In contrast to many leaders who received these reports and failed to act on them, with much help from Swiss Pastor Paul Vogt Mantello publicized the details within a day of receiving them.[4] This triggered a significant grass roots protest in Switzerland, including Sunday masses, street protests, and the Swiss press campaign; over 400 headlines in the Swiss press demanded (against censorship rules) an end to the deportations. Pastor Paul Vogt wrote a bestseller Soll ich meines Bruders Hüter sein? (Am I my brother's keeper? - reference to Cain and Abel in the Bible).

The report's publication and large scale very vocal protests in Switzerland resulted in Winston Churchill's letter:"There is no doubt that this persecution of Jews in Hungary and their expulsion from enemy territory is probably the greatest and most horrible crime ever committed in the whole history of the world...." [5] As a result of the press coverage, world leaders issued appeals and warnings to Hungary's Regent, Miklós Horthy, and the mass transports, which had been deporting 12,000 Jews every day since 15 May 1944, ended on 9 July 1944. The lull in deportations made it possible to organize significant rescue activities in Hungary, such as the Raoul Wallenberg and Carl Lutz missions.


In recognition of his great contributions to his rescue activities, thanks to efforts by historian David Kranzler and Yeshiva University Chancellor Rabbi Professor Norman Lamm Mantello received an honorary doctorate from Yeshiva University, New York.[6] Nota bene: the fact that György Mandl/George Mantello was Jewish made him ineligible for the title "Righteous Among the Nations" conferred by Israel to non-Jews who saved Jews during the Holocaust.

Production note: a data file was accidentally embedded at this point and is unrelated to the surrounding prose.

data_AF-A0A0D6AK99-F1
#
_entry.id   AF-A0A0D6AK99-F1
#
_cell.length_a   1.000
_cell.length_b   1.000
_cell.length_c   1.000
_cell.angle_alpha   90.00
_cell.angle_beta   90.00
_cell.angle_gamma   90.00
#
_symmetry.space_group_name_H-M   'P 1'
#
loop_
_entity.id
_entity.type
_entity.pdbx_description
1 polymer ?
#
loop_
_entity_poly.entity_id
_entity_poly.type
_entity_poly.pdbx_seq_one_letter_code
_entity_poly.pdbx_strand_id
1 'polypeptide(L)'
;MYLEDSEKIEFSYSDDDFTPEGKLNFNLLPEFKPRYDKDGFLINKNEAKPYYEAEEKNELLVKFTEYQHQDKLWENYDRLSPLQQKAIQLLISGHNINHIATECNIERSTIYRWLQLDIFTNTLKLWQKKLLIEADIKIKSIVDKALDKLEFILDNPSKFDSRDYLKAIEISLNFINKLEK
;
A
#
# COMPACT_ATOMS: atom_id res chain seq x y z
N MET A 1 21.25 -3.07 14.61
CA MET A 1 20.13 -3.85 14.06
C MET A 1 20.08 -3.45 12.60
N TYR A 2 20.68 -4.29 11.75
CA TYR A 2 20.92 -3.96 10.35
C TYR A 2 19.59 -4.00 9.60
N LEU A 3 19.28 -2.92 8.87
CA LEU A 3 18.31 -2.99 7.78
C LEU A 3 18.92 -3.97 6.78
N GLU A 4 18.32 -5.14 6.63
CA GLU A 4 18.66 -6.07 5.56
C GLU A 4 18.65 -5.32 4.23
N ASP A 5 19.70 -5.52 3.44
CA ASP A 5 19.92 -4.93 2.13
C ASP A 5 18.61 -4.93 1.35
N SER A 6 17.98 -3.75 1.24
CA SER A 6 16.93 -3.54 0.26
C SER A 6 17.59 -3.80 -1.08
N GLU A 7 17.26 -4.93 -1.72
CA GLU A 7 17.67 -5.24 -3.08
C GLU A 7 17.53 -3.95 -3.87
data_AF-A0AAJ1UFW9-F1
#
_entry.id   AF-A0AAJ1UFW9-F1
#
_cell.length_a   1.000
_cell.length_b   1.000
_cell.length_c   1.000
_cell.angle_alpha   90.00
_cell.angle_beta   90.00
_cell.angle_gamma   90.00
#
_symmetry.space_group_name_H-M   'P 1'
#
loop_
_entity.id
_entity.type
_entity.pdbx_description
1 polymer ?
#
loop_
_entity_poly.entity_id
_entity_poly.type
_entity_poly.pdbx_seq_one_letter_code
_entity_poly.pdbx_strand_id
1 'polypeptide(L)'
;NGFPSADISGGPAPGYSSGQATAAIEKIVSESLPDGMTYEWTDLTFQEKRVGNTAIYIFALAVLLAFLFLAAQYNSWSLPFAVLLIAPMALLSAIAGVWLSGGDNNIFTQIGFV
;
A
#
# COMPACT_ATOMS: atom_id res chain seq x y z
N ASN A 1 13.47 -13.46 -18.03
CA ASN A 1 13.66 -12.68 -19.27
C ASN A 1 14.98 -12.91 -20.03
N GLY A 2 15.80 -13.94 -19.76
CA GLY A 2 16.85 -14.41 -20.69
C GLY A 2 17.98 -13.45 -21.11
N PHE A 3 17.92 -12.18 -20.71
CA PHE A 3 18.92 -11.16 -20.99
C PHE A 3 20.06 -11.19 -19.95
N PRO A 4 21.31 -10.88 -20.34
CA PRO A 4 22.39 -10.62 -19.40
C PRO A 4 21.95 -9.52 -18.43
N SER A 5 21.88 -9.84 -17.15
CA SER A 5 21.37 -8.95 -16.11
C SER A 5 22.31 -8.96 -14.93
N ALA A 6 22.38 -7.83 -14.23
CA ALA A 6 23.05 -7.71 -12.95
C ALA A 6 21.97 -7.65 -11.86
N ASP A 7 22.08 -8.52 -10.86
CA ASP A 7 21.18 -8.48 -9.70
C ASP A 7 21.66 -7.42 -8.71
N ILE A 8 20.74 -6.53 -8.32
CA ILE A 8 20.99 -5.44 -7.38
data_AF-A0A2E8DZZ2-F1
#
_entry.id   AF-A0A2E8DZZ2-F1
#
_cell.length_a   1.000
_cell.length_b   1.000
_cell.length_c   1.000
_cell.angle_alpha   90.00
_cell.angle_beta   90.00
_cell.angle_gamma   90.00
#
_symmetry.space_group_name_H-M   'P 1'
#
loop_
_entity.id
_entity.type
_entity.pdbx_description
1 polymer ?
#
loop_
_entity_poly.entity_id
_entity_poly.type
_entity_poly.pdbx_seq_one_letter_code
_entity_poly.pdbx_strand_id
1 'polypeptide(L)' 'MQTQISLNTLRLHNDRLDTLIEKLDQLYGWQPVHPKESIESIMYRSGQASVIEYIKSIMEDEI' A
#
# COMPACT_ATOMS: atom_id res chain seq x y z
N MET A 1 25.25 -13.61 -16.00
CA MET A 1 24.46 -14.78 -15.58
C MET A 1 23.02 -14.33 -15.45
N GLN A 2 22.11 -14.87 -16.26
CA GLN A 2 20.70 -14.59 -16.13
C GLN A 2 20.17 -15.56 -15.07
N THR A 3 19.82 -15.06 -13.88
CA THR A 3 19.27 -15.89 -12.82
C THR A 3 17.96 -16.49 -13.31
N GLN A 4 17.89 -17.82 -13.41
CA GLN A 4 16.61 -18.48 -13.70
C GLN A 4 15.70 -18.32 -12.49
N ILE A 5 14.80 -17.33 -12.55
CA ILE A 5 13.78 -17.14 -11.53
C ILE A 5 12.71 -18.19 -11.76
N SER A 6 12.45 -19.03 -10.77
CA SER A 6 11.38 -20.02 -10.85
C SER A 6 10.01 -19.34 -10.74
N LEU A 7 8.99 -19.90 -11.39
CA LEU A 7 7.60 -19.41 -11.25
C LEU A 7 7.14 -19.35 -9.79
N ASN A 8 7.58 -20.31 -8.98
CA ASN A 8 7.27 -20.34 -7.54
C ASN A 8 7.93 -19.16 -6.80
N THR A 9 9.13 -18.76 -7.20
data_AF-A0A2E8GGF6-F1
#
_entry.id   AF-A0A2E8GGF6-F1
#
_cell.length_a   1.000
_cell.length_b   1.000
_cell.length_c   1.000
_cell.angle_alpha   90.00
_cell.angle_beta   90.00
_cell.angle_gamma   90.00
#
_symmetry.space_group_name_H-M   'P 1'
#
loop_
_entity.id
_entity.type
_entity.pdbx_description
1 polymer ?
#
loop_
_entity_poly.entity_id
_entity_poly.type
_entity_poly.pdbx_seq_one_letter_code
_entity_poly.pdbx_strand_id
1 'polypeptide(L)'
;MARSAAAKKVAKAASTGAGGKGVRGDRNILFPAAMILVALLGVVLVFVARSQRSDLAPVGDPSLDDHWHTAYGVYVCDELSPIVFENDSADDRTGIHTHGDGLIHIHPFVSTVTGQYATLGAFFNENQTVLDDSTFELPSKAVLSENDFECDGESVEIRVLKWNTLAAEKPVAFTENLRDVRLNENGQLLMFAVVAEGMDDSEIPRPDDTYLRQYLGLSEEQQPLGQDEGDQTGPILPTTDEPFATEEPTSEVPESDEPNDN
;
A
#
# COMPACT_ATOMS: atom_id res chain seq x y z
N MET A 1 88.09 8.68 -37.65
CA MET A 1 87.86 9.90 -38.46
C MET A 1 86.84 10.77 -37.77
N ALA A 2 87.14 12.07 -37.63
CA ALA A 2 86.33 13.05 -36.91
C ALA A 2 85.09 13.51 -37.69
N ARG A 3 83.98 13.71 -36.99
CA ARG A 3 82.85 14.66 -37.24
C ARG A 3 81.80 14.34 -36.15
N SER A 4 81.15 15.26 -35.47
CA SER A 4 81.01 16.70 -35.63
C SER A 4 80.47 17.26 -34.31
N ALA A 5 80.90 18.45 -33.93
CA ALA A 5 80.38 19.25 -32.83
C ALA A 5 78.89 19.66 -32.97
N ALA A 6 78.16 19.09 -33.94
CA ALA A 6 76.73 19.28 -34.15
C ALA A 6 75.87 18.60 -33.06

See also[edit]


  1. ^ Kranzler, David (2000). The Man Who Stopped the Trains to Auschwitz: George Mantello, El Salvador and Switzerland's Finest Hour. Syracuse University Press. pp. 9–10. ISBN 0815628730.
  2. ^ Tschuy, Theo (1998) [1995]. Carl Lutz und die Juden von Budapest. Zürich: NZZ-Verlag. pp. 145–159. ISBN 9783858237538. Retrieved 23 December 2020.
  3. ^ "George Mandel-Mantello" The International Raoul Wallenberg Foundation
  4. ^ a b David Kranzler (2000). The Man Who Stopped the Trains to Auschwitz: George Mantello, El Salvador, and Switzerland's Finest Hour. Syracuse University Press. p. 87. ISBN 978-0-8156-2873-6.
  5. ^ Winston Churchill, in a letter to his Foreign Secretary dated July 11, 1944, wrote, "There is no doubt that this persecution of Jews in Hungary and their expulsion from enemy territory is probably the greatest and most horrible crime ever committed in the whole history of the world...." "Winston Churchill's The Second World War and the Holocaust's Uniqueness" Archived July 26, 2007, at the Wayback Machine, Istvan Simon.
  6. ^ Daniels, Lee A. (6 May 1992). "George Mandel-Montello Is Dead; Special Envoy, 90, Rescued Jews (Published 1992)". The New York Times.

Some recorded talks and music[edit]

Further reading[edit]

  • Burns, Margie. "El Salvador, a rescuing country" (profile of Mantello), International Raoul Wallenberg Foundation.
  • Embassy of El Salvador in Israel. "El Salvador and the Holocaust: An almost unknown chapter in the history of El Salvador."
  • Kimche, Jon. "The war's unpaid debt Of honour: How El Salvador saved tens of thousands Of Jews," Jewish Observer and Middle East Review.
  • Kranzler, David (1991). "Three who tried to stop the Holocaust". Judaica Book News. 18 (1): 14–16, 70–76. On Rabbi Michael-Ber Weissmandl, Recha Sternbuch and George Mantello
  • Lamperti, John. "El Salvador's Holocaust Hero", personal website.
  • Lévai, Jenö. Zsidósors Európában, Budapest, 1948 (Hungarian)
  • Lévai, Jenö. "Abscheu und Grauen vor dem Genocid in aller Welt", Toronto 1968 (German)
  • Meyer, Ernie. "The Unknown Hero: One sympathetic foreign diplomat saved thousands of Jews in Europe by providing them with foreign citizenship papers."
  • Meyer, Ernie. "The greatest rescue of the Holocaust."
  • Pineda, Rafael Ángel Alfaro. "El Salvador and Schindler's list: A valid comparison," Raoul Wallenberg web site.

External links[edit]